or, the 100 ton range, which is a real 4x4 machine, and for lighter weights, up to 6x6.

    If you really need 6x6 x 3/4", you are talking closer to 150 tons, and somewhere near $100k new.

    If you can do what you need with a 50 ton machine, then it depends on what you do.
    Cheap, there are Edwards, and Scotchmans, and lots of chinese imports.

    (the Tommy is a chinese or taiwan machine- curiously, they dont tell- cant be very proud of it if they dont mention its parentage. If I was buying chinese, I think I would go with Baleigh, because they are bigger, more likely to still be in existence in five years when you need parts, and were recently bought out by the deep pocketed venture capitalists who own Jet, Powermatic, and Wilton. But I would not recommend a chinese machine)

    I am not a big scotchman fan- the steel distributor near me has bought and worn out three scotchmans in the time I have owned my Geka, and it hasnt needed anything beyond replacing a few stripped screws on the adjustable stop fence.

    For fancy work, in a small shop, I would go with Geka. Very high quality, machined parts, made in the Basque country of Spain, and comes standard with the best gaging tables and back gaging in the industry. Parts are available next day air from the US distributor. Expensive, but worth it.
    But- if its a 20 man shop full of gorillas who strip off the gaging and stops because "they were in the way", and replace them with scrap angle iron and vice grips, then you would be better off with a used Peddy or Mubea- both are much less likely to be damaged by idiots, Both are better for simpler repeat jobs.
    If you are cutting the 1000 parts a week from 4x4x1/2 angle, and punching two holes, Peddys or even ancient mechanical buffalos will work fine.

    My Geka shines when every single job is different, when you want accurately sheared to length parts with the holes in the exact right place.
    With gaging with built in stainless steel rulers and quick adjust stops, you eliminate wonky tape measures, squiggley sharpie lines, and lots of scrap.
    But a Geka needs a bit more study to learn its capabilities, and it will repay you.

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    "Good Results", in my shop, are measured in 20 year increments. I havent seen one in person, but, from the photos, they are adequate chinese copies of european style machines.
    But when I buy a $10k to $20k machine, I admit, it makes me feel better when the company has been in business for 20 or 40 or 60 years, when I have seen them used in industrial shops all my life, and when there is a longstanding US source of parts and I can call and talk to a guy who has been fixing em for a quarter century.
    But hey- thats just me.
    I am, often, suspicious when I see two models with prices listed, and the rest with "Price on Request"- because, to me, that means they have the cheap ones in stock, but have never ordered or stocked the full line, and they have to call China for the current price.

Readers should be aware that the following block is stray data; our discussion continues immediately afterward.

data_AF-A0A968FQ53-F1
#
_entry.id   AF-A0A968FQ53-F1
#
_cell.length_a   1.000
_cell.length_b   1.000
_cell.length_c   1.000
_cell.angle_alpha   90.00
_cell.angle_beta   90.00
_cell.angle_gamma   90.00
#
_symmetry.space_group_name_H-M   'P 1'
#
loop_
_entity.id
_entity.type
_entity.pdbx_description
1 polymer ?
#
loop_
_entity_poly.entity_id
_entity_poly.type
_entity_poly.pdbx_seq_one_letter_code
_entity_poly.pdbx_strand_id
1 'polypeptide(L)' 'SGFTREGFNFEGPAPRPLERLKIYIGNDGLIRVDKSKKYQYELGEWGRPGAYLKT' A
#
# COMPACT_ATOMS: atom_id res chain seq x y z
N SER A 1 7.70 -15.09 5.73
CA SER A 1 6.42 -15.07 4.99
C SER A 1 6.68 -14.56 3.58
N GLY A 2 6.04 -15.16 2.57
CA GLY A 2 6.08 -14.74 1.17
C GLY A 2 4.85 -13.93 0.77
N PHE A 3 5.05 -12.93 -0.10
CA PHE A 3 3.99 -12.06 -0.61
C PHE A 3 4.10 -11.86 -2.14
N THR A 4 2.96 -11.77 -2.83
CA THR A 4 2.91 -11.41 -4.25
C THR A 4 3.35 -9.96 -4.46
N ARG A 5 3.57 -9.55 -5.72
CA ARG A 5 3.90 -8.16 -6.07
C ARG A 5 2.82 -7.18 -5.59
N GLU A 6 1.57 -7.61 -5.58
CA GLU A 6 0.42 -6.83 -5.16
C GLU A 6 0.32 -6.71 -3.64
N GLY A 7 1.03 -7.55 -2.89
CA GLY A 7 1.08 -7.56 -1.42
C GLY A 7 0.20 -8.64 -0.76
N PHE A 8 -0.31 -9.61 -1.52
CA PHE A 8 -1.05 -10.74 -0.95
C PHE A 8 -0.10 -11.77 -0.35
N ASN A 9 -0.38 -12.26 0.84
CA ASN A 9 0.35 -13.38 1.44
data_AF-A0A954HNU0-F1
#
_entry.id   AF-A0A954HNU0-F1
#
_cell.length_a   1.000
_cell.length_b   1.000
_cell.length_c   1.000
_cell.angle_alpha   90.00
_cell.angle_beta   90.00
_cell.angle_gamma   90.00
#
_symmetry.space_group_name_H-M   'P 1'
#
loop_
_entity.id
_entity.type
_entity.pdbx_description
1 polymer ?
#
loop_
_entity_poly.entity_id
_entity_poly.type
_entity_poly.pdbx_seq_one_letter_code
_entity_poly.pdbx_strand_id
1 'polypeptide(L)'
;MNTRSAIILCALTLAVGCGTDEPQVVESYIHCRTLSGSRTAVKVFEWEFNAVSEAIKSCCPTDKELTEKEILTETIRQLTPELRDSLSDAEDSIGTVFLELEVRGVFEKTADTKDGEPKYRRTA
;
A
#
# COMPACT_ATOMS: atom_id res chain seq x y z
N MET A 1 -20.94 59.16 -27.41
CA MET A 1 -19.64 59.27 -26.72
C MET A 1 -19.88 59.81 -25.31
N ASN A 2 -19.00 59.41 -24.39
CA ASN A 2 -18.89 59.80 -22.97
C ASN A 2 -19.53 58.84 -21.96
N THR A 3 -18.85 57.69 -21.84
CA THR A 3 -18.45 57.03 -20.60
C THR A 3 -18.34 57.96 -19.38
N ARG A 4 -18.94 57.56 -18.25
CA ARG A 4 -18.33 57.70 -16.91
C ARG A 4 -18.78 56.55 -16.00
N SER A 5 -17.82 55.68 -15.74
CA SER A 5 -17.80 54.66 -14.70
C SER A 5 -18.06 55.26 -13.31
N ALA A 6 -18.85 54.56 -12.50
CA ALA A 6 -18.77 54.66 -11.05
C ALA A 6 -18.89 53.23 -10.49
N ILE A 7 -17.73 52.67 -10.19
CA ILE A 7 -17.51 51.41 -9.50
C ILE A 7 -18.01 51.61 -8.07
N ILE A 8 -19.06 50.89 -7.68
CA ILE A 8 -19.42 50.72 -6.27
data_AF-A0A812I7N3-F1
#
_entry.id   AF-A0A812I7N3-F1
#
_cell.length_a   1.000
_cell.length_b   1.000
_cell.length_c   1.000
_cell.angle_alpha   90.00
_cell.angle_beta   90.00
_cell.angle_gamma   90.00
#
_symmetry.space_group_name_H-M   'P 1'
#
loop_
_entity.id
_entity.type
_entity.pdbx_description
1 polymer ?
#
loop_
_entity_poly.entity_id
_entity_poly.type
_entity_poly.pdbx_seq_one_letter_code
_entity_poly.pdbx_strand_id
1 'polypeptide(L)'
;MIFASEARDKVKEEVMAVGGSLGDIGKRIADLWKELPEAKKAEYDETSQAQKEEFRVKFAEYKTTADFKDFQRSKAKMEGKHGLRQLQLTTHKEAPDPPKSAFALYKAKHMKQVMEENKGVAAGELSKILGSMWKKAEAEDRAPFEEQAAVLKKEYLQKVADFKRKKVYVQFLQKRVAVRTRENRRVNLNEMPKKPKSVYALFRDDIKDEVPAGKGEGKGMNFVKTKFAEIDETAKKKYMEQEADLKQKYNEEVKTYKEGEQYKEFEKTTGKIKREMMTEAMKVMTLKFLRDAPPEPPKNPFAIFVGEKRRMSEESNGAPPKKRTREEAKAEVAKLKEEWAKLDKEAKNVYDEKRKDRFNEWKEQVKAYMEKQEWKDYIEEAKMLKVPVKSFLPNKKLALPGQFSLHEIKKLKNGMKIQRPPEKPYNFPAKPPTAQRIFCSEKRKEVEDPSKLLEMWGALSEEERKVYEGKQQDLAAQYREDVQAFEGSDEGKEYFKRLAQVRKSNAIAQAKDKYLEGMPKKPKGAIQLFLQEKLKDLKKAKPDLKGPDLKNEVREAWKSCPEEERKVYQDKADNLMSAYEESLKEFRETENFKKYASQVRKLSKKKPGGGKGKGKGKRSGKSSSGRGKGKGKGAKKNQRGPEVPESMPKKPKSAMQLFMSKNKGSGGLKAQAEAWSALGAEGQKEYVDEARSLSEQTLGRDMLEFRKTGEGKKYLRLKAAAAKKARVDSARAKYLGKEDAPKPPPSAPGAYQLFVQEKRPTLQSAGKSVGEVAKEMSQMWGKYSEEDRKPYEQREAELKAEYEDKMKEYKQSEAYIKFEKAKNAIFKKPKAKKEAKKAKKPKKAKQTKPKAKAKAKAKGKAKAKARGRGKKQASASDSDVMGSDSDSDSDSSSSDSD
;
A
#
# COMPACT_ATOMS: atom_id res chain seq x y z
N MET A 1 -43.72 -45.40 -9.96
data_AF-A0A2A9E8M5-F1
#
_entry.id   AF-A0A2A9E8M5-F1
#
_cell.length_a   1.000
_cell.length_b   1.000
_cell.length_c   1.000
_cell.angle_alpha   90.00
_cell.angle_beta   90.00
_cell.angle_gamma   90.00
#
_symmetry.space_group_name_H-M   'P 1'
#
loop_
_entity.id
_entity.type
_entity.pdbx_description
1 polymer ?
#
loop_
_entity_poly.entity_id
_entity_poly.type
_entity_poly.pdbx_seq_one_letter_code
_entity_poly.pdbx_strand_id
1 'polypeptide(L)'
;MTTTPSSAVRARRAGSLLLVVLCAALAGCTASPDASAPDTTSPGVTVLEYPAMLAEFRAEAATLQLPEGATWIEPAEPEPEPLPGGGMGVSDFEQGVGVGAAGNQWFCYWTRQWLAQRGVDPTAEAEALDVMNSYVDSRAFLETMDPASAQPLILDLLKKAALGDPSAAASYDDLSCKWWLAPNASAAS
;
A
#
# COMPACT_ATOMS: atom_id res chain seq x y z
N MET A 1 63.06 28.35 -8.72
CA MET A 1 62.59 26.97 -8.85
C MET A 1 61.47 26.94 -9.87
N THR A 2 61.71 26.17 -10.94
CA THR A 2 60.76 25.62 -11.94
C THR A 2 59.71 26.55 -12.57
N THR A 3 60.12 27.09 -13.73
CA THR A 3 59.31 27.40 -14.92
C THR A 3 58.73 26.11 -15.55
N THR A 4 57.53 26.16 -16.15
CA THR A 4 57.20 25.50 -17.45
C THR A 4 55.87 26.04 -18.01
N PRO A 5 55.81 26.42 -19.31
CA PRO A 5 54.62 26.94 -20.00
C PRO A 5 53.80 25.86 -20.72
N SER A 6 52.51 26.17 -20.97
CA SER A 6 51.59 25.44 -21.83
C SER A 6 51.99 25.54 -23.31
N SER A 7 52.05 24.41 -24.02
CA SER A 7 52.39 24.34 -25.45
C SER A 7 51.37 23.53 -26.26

Its the sign of a small, not heavily funded distributor- which is not necessarily bad, but certainly something to consider.

    I happen to have a Chinese power hammer- which is mostly cast iron, which is harder to screw up.
    Since I have had it, we are on our third US distributor, which is very different from Peddinghaus or Geka, who have had companies dealing with them in the USA for decades, who really know the machines, and can give you info on them.
    Last edited by Ries; 07-11-2019 at 01:14 PM.

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    I'm going to take Digger Doug's role, and call spam on this whole thread.

    Earlier today, when I read the first Tommy industrial recommendation, I thought it odd. I've owned a fab shop for years, I go to fabtech, I spend a lot of time on fabricating forums, I recently purchased a brand new press brake researching, after researching all the obscure brands, and yet I've never heard of this brand. The chances of an owner of a pop up nobody reseller of low end Chinese machines happening to find this forum just as this question was asked? Slim.

    Then, the OP, who asked a question that was laughably vague, pipes up about a friend who owns that brand, all while ignoring recommendations from reputable brands, and then another poster has 3 of their machines. And, all of these posters signed up this week. And, all of them figuring out the 'like' system, just to give likes to eat other's posts? Get real.

    Guys, come on, it's not that hard to spam a forum in a more clandestine manner. This attempt was pathetic.
    Last edited by Fish On; 07-11-2019 at 08:32 AM.

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    fish on, I smell it, still have not made call. odd that ask for recommendations, and has friend with tommy later in post. I had never heard of them either. I guess they wont be at fabtech selling their ish FABTECH 2019: Exhibitors

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    I got a piece of metal caught in the tommy-lift tailgate on my truck once -- it bent real good.

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    Man, oh man. Why does there have to be so much hostility on these forums…now you can understand a bit why I’d be pursed lip and vague about my business and the question that I asked. Short and sweet. To the point. Or so I thought. I literally asked a question for opinions and who cares if acknowledged someone with a Tommy mini press? I don’t need a mini press…just purely making a connection. I don’t have time to sit and respond to every post or to be an internet troll. Now, Memphisjed, I thought I did respond to your post, because I did make notes based off from your recommendations as well.

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    Even better, he just deleted his third personality's (WeldFab) post, presumably to make the coincidences a little more believable. Too bad Ries already quoted it for posterity.

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    Quote Originally Posted by Fish On View Post
    Even better, he just deleted his third personality's (WeldFab) post, presumably to make the coincidences a little more believable. Too bad Ries already quoted it for posterity.
    fixed that, with my trusty "edit" hammer.

    Also, for future ironworker shoppers-
    The US branch of Peddinghaus is still owned and run by the Peddinghaus family, who founded the company in germany in 1906 or so, making manual ironworkers.
    The US dealer for Geka, Comeq, has been selling fabrication equipment for 75 years, and Gekas have been made since 1919.
    Most likely they will be around for a few more.